Co-operation in Danish Agriculture. By Harald Faber. (Long- mans and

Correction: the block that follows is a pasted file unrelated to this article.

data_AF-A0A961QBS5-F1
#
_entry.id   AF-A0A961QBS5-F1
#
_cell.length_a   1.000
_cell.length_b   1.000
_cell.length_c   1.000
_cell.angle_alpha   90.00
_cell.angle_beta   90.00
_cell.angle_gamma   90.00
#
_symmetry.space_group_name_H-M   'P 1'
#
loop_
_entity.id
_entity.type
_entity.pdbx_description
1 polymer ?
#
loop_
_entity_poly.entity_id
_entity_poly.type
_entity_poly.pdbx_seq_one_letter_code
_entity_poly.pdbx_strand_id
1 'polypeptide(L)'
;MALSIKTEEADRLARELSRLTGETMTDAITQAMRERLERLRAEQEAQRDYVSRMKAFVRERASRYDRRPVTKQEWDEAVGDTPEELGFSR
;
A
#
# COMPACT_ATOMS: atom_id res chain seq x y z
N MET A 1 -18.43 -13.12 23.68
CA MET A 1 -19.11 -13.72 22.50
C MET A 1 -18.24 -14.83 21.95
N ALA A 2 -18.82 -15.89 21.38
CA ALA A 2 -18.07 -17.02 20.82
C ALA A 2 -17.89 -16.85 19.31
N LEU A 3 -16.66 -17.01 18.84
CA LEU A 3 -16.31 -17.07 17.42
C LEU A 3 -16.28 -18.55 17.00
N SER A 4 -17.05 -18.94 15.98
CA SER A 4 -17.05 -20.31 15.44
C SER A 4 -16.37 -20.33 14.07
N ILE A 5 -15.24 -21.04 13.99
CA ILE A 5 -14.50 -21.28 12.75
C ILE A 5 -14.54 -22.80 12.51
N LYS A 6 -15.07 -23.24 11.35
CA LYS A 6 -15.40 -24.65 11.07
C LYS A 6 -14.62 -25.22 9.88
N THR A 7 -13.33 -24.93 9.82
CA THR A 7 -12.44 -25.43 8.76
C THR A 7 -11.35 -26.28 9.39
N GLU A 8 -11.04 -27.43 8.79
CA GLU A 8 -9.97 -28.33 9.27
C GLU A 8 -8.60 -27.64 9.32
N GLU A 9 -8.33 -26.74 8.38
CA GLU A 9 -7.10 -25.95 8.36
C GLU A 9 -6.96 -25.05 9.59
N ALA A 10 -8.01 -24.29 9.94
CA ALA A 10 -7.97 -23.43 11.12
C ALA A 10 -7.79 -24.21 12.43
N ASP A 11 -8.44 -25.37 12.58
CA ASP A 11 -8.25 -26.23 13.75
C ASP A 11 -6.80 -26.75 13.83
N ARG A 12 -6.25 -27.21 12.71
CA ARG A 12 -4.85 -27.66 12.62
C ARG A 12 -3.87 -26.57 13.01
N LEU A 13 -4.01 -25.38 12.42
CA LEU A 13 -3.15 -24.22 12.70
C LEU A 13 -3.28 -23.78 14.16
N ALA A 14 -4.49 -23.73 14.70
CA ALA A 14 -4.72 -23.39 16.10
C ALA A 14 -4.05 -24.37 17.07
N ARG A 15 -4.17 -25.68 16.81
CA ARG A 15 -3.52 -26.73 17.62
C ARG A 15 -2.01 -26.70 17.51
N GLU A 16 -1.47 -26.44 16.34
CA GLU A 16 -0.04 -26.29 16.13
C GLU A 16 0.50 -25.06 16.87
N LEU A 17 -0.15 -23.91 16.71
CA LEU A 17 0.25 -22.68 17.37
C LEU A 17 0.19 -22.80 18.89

Co. 8s. 6d. net.)—Mr. Faber has adapted for English readers a Danish book by Mr. Hertel, one of the leaders of the Co-operative movement which- has bestowed great benefits on the Danish farmers during the past half-century. His detailed account of the various Co-operative Societies for producing and exporting dairy produce, for breeding horses and cattle, for providing machinery and manure, establishing flour-mills, and so on, is of great interest and importance. One significant little table shows that the average yield of wheat per aersinreseed from 30.9 bushels in the period 1875.84 to no less- than 43'1 bushels in the years 1909-13. Dr. Russell of Rothainsted remarks with pardonable pride in his Introduction that Mr. Segeicke, who did much to re- form Danish agriculture, quaiified himself for his work by-spending a year at Rothamsteci. We can learn a good deal from the Danes without necessarily adopting- their system wholesale. It may be noted that ninety percent. of the Danish holdings are freehold, and two-Thirds of them are less than a hundred- and fifty acres apiece. The conditions prevailing in a- land of -peasant proprietors are widely different from our own.